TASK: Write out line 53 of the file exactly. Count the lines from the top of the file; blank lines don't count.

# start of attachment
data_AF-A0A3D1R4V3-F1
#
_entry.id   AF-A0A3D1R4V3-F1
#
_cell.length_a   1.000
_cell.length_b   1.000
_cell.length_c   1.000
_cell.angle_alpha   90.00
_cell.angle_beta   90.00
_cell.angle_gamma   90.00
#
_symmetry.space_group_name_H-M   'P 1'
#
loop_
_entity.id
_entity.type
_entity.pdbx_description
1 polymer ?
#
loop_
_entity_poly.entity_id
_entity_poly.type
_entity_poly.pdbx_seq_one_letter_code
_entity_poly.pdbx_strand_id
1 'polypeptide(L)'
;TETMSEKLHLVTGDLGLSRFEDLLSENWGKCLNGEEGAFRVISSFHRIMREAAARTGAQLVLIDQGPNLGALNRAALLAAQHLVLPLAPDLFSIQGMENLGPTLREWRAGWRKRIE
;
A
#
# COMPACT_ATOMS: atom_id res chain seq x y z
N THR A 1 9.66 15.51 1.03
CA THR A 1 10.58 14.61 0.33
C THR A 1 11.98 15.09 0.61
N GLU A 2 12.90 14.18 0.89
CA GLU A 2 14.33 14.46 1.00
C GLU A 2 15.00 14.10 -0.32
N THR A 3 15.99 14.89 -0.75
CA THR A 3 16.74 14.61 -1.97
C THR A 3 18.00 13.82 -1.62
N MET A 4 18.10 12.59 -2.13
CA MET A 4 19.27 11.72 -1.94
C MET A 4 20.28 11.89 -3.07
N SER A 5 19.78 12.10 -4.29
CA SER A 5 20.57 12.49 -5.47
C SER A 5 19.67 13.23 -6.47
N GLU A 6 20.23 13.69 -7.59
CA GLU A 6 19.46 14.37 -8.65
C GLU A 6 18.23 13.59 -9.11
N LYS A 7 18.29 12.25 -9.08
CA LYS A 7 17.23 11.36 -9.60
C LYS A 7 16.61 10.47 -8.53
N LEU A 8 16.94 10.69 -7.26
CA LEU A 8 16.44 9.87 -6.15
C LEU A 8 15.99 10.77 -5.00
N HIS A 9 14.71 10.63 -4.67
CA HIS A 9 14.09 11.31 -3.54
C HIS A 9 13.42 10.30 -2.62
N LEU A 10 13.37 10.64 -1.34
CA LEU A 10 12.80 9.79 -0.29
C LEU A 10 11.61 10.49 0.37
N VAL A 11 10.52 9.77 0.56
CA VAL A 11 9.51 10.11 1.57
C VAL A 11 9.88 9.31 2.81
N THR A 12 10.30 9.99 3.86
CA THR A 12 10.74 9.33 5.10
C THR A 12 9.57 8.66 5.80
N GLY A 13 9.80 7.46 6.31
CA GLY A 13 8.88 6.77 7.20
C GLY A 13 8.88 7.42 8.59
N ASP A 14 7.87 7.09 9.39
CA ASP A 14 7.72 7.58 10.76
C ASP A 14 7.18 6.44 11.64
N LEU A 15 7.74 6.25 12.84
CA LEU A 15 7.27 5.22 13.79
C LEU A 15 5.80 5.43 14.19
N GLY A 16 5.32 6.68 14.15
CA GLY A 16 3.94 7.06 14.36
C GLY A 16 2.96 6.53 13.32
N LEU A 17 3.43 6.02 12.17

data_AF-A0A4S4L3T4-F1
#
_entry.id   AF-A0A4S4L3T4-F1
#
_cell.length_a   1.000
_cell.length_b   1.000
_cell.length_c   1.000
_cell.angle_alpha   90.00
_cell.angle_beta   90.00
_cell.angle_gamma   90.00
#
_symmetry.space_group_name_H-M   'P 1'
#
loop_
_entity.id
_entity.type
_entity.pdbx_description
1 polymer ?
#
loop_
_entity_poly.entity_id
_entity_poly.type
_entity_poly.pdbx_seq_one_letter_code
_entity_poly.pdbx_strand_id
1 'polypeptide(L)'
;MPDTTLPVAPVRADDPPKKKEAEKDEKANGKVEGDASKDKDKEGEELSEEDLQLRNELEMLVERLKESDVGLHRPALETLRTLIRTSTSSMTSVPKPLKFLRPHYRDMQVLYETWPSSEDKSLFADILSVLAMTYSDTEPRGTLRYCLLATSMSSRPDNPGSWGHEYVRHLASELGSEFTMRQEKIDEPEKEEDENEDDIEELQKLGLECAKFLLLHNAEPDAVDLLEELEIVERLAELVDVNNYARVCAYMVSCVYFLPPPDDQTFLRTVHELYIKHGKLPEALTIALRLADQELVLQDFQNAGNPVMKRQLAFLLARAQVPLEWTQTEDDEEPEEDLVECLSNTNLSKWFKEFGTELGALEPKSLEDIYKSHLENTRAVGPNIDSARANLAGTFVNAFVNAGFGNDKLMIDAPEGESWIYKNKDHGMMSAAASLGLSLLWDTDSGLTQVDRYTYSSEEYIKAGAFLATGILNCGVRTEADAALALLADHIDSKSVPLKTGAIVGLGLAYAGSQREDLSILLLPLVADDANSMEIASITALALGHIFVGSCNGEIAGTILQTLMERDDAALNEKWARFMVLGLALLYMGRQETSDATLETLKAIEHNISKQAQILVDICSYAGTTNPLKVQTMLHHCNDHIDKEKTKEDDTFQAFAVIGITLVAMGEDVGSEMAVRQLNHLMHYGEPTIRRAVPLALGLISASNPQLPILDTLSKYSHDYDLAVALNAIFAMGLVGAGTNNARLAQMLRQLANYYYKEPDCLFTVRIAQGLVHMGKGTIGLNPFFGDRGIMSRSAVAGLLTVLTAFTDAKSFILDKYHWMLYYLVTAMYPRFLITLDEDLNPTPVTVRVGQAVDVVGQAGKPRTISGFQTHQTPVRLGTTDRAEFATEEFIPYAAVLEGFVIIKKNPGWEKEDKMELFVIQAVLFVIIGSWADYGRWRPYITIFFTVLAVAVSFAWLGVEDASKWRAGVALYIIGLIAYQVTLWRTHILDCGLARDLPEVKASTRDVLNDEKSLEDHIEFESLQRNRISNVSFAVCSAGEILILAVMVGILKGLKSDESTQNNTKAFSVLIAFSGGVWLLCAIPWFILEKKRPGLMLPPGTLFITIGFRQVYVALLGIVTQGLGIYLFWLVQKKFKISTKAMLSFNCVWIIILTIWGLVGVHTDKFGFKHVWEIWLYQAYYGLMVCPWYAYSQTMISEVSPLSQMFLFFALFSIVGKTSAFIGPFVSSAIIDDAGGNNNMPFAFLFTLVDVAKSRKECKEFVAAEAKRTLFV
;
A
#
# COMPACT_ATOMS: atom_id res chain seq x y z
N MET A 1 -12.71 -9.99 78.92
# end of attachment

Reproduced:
CA LEU A 8 16.44 9.87 -6.15